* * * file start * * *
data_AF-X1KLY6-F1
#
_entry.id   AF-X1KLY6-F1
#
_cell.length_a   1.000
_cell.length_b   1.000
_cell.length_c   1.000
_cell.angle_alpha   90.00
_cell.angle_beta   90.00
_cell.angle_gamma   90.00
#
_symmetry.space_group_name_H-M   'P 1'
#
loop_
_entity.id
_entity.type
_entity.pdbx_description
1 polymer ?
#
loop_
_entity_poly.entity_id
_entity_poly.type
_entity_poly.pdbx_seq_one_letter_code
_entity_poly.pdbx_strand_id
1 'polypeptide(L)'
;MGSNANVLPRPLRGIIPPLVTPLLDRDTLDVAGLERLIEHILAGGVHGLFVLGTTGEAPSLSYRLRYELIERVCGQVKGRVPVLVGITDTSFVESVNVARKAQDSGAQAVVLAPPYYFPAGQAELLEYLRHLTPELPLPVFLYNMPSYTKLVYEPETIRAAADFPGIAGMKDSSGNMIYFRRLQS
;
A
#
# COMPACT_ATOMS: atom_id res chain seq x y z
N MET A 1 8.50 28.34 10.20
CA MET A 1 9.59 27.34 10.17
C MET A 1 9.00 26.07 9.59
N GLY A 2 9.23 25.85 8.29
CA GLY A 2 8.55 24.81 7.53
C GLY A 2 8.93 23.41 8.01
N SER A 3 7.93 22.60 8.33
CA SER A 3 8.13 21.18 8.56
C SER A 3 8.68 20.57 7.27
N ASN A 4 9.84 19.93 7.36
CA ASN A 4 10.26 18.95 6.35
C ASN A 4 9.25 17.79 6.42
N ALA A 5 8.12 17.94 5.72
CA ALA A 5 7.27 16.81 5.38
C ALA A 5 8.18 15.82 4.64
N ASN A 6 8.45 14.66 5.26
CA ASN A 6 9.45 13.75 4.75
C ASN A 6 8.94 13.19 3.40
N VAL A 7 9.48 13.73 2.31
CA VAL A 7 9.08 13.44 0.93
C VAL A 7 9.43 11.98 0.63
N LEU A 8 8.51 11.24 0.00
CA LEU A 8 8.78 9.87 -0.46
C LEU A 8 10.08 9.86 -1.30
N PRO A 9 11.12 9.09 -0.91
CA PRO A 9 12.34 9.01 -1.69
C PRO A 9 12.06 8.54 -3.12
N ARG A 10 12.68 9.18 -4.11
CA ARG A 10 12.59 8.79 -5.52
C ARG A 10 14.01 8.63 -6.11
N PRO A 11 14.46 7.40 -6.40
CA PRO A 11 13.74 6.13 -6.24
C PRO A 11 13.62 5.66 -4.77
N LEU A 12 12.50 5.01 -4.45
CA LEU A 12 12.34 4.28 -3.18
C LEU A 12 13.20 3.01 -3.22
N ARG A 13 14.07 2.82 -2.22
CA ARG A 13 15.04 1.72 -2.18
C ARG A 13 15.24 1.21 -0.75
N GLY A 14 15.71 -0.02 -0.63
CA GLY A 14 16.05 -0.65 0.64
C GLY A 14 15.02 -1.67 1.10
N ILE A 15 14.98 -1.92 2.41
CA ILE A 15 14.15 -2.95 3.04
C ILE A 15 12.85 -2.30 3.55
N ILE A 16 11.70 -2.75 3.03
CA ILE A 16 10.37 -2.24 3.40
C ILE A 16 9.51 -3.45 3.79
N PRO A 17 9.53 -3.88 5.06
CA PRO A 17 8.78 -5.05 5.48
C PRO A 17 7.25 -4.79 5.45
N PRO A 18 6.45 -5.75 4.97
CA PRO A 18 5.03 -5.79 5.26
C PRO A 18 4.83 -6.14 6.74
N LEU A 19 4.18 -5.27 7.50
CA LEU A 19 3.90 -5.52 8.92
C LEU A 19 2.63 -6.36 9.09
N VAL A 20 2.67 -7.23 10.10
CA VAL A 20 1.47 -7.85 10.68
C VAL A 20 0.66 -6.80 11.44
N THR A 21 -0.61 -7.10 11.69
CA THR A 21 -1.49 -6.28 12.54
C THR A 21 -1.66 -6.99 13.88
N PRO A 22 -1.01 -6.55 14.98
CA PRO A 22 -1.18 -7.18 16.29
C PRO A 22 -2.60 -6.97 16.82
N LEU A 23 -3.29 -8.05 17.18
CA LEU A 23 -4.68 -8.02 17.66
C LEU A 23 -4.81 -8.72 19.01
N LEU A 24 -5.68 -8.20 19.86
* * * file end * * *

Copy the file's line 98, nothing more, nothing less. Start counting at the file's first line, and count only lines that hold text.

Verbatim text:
CA LEU A 23 -4.68 -8.02 17.66